I’ve been away from Houston the past several days, helping out family, as planned well before Hurricane Harvey. But I’ve been following much of the labor and service and heartache, and I’m so proud of my many friends who are reaching out and putting in one heavy-labor day after another, at no cost—simply because it has to be done, and we Texans have compassion for those in need.
Disaster relief comes in stages: preparation, getting through the storm, rescue, mucking out, and then rebuilding. We’re at the mucking out stage now. In some neighborhoods, enough of that has been done to get trucks in to pick up the debris. In other areas, houses still have standing water, and the owners are still waiting to get inside. The longer that takes, the more damage, sadly.
Anyway, as you might imagine, there’s no hiring enough workers to muck out that many homes, and many homeowners are unable to do the job themselves. That means, if it’s going to get done, it’s volunteers who will do it. And that’s what my friends are doing.
So I’ll just share a few of their images that I’ve borrowed from Facebook. I want to note that Mormon Helping Hands aren’t the only helpers. We’re two percent of the population, and no everyone has the right age and ability for this job. Catholic Charities is working with us, and there are many other organizations and ad hoc community groups doing this messy work. But my access to friends who are doing this is mostly Mormon Helping Hands.
This first group is from my ward (congregation) Monday. Similar groups (including many of the same people) have been mucking out homes since late last week.
|Mormon Helping Hands from Copperfield Ward on Monday|
Several friends posted this photo, so I'm guessing and
giving photo credit to Janet Taylor
Here’s another crew coming from my church building. Their regular church building got a lot of water damage, so they'll be sharing our building for some time.
|Mormon Helping Hands from Bear Creek and Westlake Wards on Monday.|
Photo credit to Melissa Willis
And here’s another crew from a little way north. They were lucky to have President Dieter F. Uchtdorf, of the First Presidency (a counselor to the Prophet and President of our worldwide Church) show up for services on Sunday—which were short and followed by work crews heading out to assignments. In every way, it was a special Sunday service.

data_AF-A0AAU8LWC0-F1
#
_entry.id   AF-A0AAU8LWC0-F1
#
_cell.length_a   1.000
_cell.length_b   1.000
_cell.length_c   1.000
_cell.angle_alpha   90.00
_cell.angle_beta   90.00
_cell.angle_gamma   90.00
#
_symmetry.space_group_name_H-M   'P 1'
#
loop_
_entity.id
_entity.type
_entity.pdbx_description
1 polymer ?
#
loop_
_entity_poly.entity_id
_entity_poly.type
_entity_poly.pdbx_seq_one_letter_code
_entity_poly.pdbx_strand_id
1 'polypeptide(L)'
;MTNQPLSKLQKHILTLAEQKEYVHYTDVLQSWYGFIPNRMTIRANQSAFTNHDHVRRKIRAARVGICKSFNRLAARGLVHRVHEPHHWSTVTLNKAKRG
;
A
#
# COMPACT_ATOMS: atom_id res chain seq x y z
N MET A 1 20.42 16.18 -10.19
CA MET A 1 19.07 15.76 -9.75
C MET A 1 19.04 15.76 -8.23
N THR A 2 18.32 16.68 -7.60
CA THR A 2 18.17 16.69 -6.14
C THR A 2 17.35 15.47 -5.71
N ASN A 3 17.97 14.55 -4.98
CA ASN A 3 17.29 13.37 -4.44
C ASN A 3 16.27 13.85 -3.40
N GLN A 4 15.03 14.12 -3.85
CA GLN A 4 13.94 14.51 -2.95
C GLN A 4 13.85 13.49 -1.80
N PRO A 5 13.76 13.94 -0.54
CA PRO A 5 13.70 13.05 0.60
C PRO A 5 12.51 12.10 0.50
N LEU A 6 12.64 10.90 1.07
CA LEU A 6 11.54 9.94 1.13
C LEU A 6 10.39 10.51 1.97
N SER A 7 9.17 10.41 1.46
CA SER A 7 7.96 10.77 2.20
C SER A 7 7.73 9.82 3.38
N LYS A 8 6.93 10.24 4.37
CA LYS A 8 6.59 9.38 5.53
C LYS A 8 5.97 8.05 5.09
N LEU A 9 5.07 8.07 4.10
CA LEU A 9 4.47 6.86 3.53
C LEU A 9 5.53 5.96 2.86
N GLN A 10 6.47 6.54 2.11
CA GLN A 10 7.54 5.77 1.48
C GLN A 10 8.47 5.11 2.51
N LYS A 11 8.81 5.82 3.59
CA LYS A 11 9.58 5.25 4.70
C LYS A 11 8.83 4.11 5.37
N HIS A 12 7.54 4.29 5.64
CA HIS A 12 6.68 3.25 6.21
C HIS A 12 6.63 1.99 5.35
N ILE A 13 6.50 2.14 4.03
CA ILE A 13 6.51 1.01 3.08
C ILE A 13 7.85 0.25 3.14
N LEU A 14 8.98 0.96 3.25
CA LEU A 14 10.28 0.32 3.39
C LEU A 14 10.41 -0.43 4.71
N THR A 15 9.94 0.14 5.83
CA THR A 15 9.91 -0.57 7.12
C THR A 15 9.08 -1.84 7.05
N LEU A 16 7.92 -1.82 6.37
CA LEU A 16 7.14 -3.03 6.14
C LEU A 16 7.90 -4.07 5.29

|Cypress Stake Center, which had been a command center|
for boat rescue, is now a command center for
Mormon Helping Hands. President Uchtdorf
showed up to join them this Sunday.
Photo credit to Mary Moellmer.
If you wonder what mucking out means, it’s tearing out flooring, moving damaged furniture and debris to the curb for pickup, and tearing out damaged drywall from above the flood line so the insides of the walls can dry out completely before rebuilding can be done.
It looks like this.
|Photo credit to Derrick Campos, who hasn't been able to get back in|
his own house yet, but has spent the waiting time helping other
people do the mucking out. This is the third time his home has
flooded in recent years. Sometimes life isn't fair.
|Another photo from Derrick Campos|
|This is what's happening inside--cutting out drywall.|
Another photo from Derrick Campos
|Flooring gets removed inside as well.|
Photo from Melissa Willis, who had water up
onto the driveway, but her house was spared.
Some friends of mine, the Siebert family, are very talented. Jim Siebert is the meteorologist for the local Fox television station, and he’s the one many of us tuned in to for constant updates during the storm week. His wife, Debbie, is a musician, with a particularly gorgeous voice. They have been doing short Sunday hymn videos for a while—the whole family. They did one this past Sunday. It’s a hymn, “How Firm a Foundation.” It’s a common Christian hymn, although I think many churches use a different tune (“Old Hundredth,” I think it’s called). But they do the one from our LDS Hymns. The fourth verse, which we’ve sung all our lives, has taken on new meaning these past couple of weeks:
When through the deep waters I call thee to go,
The rivers of sorrow shall not thee o’erflow,
For I will be with thee, thy troubles to bless,
And sanctify to thee, and sanctify to thee,
And sanctify to thee thy deepest distress.
The Sieberts used photos from the disaster and cleanup as backdrop to their song. When they get to this verse, they change tempo and tone, which brought the tears when I heard it—for the sorrow of loss so many are feeling, because of literal deep waters; for the generosity and kindness of so many who are helping others in their need; and for the love that we feel from our Father in Heaven, who promises to be with us, our troubles to bless and sanctify.
We’ve said for more than a decade now, when the Lord wants His people to turn to him, He sends a hurricane to the Gulf Coast. Mormon Helping Hands have been active here since 2005, the year of Katrina and Rita. Would that we would all turn to Him without these painful reminders. But bad things happen even to very good people. When they do, our job is to serve God by serving one another.